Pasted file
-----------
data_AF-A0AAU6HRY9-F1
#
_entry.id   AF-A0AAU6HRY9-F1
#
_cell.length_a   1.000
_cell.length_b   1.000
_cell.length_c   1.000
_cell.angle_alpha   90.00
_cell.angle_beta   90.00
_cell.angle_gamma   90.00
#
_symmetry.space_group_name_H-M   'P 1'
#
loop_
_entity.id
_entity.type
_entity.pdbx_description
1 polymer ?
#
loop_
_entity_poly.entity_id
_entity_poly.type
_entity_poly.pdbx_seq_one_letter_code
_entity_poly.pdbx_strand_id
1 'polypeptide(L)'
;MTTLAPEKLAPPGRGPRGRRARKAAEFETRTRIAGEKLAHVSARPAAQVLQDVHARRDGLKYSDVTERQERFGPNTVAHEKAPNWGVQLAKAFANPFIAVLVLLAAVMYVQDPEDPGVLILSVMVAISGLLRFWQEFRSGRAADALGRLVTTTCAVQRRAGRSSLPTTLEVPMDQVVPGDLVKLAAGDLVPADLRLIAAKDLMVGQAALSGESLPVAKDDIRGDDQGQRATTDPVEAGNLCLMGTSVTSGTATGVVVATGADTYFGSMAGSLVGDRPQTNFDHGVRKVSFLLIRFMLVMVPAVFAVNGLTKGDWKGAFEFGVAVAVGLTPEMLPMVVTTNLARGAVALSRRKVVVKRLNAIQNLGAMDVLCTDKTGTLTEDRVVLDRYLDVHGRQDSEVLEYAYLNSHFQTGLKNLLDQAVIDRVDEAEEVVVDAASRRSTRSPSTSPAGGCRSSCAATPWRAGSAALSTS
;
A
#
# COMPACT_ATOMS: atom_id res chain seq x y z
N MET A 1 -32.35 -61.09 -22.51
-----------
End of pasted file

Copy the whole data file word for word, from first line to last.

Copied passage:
data_AF-A0AAU6HRY9-F1
#
_entry.id   AF-A0AAU6HRY9-F1
#
_cell.length_a   1.000
_cell.length_b   1.000
_cell.length_c   1.000
_cell.angle_alpha   90.00
_cell.angle_beta   90.00
_cell.angle_gamma   90.00
#
_symmetry.space_group_name_H-M   'P 1'
#
loop_
_entity.id
_entity.type
_entity.pdbx_description
1 polymer ?
#
loop_
_entity_poly.entity_id
_entity_poly.type
_entity_poly.pdbx_seq_one_letter_code
_entity_poly.pdbx_strand_id
1 'polypeptide(L)'
;MTTLAPEKLAPPGRGPRGRRARKAAEFETRTRIAGEKLAHVSARPAAQVLQDVHARRDGLKYSDVTERQERFGPNTVAHEKAPNWGVQLAKAFANPFIAVLVLLAAVMYVQDPEDPGVLILSVMVAISGLLRFWQEFRSGRAADALGRLVTTTCAVQRRAGRSSLPTTLEVPMDQVVPGDLVKLAAGDLVPADLRLIAAKDLMVGQAALSGESLPVAKDDIRGDDQGQRATTDPVEAGNLCLMGTSVTSGTATGVVVATGADTYFGSMAGSLVGDRPQTNFDHGVRKVSFLLIRFMLVMVPAVFAVNGLTKGDWKGAFEFGVAVAVGLTPEMLPMVVTTNLARGAVALSRRKVVVKRLNAIQNLGAMDVLCTDKTGTLTEDRVVLDRYLDVHGRQDSEVLEYAYLNSHFQTGLKNLLDQAVIDRVDEAEEVVVDAASRRSTRSPSTSPAGGCRSSCAATPWRAGSAALSTS
;
A
#
# COMPACT_ATOMS: atom_id res chain seq x y z
N MET A 1 -32.35 -61.09 -22.51